THE VALENTINE'S DAY KILLING
In the predawn hours of Feb. 14, police officers arrived to Pistorius' home in a gated community in the suburbs of South Africa's capital, Pretoria. There, police say they found paramedics trying to resuscitate Steenkamp, whose body lay in a pool of her own blood. Police say officers found a 9 mm pistol and arrested Pistorius, who they say was the only other person in the home at the time of the shooting. Pistorius later underwent DNA testing and had samples of his blood collected. Investigators also conducted an autopsy on Steenkamp's body, though police declined to give any information about what they found. They have said she was shot multiple times in the attack. Police have not offered a motive for the killing and Pistorius' uncle Arnold later said that "the state's own case, including its own forensic evidence, strongly refutes any possibility of a premeditated murder or murder as such."
Pistorius has had troubles in the past in his personal life. In February 2009, he crashed a speedboat on South Africa's Vaal River, breaking his nose, jaw and several ribs and damaging an eye socket. He required some 180 stitches to his face. Witnesses said he had been drinking, and officers found alcoholic beverages in the wreckage, though they did not do blood tests. In November, Pistorius was involved in an altercation over a woman with a local coal mining millionaire, South African media reported. The South African Police Service's elite Hawks investigative unit became involved before the two settled the matter. Pistorius had a fondness for guns and once tweeted about him searching his house once with a pistol, looking for an intruder.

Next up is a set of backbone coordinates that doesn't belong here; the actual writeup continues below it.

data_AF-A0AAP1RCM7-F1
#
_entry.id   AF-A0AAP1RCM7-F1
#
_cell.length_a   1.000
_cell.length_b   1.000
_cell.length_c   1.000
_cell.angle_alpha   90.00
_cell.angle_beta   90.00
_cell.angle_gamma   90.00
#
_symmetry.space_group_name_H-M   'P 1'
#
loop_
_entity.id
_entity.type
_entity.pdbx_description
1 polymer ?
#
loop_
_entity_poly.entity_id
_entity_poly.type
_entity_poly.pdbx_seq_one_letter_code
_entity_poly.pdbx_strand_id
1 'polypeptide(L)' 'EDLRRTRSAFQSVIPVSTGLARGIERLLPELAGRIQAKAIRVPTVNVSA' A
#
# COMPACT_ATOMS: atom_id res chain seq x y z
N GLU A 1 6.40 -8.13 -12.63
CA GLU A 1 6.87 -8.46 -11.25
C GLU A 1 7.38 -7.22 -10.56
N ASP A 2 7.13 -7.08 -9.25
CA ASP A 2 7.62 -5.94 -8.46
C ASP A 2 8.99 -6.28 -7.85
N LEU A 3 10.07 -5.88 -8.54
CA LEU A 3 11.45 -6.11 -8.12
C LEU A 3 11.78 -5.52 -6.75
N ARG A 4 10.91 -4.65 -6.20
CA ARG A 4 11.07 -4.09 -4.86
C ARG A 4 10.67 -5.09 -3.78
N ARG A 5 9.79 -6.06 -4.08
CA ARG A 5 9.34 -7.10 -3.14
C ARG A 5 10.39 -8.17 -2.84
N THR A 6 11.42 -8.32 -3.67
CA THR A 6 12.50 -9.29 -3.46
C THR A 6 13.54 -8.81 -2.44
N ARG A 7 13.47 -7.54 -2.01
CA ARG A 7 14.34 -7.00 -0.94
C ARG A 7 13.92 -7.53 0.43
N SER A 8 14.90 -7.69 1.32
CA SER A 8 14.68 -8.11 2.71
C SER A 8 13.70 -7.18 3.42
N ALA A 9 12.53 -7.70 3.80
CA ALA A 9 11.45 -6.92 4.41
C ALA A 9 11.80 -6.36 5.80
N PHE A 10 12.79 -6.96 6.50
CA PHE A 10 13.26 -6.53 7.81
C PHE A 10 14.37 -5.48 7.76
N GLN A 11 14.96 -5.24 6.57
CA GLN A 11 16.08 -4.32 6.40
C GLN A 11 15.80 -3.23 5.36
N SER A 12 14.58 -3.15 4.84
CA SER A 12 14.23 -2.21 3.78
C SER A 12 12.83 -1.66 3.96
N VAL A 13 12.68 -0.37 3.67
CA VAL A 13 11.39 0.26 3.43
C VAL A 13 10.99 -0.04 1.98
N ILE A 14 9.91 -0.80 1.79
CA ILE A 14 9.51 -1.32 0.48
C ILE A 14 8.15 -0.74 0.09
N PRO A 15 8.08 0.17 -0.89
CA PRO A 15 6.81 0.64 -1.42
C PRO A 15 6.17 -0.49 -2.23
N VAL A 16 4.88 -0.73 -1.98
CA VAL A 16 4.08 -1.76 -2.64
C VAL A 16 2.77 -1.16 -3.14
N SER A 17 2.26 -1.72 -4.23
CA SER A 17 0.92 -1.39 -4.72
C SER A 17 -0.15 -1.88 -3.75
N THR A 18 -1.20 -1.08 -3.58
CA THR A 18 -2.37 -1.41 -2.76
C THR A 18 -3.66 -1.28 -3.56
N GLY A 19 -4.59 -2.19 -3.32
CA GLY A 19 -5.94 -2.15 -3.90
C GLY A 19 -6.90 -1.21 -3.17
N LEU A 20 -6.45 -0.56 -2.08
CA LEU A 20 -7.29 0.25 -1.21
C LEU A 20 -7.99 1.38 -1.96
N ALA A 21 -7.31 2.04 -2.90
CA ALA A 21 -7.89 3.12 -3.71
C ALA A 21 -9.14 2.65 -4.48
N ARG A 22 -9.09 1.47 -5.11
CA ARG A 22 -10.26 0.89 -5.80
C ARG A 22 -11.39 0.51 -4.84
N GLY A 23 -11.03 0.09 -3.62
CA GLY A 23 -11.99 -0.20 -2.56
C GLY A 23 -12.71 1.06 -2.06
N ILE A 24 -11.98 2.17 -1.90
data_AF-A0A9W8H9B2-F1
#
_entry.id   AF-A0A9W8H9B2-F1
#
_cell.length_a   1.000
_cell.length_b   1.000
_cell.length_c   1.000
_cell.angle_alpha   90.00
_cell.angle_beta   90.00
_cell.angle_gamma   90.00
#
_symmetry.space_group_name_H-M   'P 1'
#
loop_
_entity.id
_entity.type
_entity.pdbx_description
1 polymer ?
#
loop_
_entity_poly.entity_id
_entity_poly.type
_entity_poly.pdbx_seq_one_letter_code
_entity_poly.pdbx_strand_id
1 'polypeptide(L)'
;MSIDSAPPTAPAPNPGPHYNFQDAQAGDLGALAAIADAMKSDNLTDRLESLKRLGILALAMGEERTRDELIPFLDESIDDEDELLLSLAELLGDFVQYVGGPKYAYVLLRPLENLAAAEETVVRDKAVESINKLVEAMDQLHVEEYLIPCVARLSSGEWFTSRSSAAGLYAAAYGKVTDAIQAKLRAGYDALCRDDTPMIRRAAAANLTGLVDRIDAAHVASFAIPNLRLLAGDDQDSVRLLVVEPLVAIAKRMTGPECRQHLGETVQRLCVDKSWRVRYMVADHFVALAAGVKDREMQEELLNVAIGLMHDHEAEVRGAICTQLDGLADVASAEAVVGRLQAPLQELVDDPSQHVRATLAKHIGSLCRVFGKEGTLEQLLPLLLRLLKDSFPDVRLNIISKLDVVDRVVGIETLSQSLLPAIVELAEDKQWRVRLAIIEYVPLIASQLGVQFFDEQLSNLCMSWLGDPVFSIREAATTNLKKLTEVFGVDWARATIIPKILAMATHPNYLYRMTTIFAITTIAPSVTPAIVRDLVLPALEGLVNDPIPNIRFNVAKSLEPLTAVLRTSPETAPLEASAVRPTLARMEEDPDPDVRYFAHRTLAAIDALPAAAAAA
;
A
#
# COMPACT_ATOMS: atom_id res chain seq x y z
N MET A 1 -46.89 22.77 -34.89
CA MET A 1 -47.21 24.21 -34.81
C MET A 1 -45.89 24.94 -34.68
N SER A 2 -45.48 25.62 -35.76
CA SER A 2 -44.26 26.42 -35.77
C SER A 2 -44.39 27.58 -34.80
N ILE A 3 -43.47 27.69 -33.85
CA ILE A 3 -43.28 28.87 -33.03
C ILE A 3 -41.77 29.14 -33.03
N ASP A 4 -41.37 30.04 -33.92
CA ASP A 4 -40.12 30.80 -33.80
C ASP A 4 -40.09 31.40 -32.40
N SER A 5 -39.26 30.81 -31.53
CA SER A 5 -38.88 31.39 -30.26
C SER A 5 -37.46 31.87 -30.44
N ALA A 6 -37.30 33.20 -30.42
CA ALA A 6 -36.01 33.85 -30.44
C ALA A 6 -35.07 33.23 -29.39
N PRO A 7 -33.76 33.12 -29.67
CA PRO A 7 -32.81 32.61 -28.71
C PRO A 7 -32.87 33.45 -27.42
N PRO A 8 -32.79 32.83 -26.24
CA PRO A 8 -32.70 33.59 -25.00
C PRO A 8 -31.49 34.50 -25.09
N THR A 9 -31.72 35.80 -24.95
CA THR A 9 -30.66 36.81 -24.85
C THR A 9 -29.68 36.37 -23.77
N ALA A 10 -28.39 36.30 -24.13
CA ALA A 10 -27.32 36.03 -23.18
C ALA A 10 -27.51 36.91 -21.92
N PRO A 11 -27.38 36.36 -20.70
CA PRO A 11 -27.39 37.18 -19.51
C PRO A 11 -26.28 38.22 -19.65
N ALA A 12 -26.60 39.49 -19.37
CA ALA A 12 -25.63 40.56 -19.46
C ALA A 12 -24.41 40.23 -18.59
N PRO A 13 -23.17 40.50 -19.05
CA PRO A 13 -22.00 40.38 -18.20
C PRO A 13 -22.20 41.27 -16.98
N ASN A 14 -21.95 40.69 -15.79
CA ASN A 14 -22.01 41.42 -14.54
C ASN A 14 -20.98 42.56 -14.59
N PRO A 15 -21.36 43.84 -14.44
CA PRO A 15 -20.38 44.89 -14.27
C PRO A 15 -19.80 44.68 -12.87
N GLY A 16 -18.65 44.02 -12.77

THE BAIL HEARING
The bail hearing Tuesday and Wednesday in Pretoria will see prosecutors offer Chief Magistrate Desmond Nair evidence about the killing to bolster their arguments that Pistorius should be denied bail and held until his trial. That evidence likely will include specific details about the killing and why they believe the athlete killed Steenkamp — things that police have been hesitant so far to release publicly. Pistorius likely will offer a plea in the case, as he didn't in a brief court appearance Friday. Pistorius' lawyers will likely try to show that he is not a flight risk and represents no danger to the community if he's free until trial. Prosecutors have said they'll pursue a premeditated murder charge against Pistorius, which could make it more difficult for him to be granted bail. Nair will hear both the prosecution and the defense, then issue a ruling about whether Pistorius will be allowed bail. That could include Nair asking Pistorius to put up cash for his release, as well as the athlete giving up his passport and setting other restrictions. If Pistorius is held without bail until trial, he will be transferred from the local police station he's currently being held in to prison, likely in Pretoria.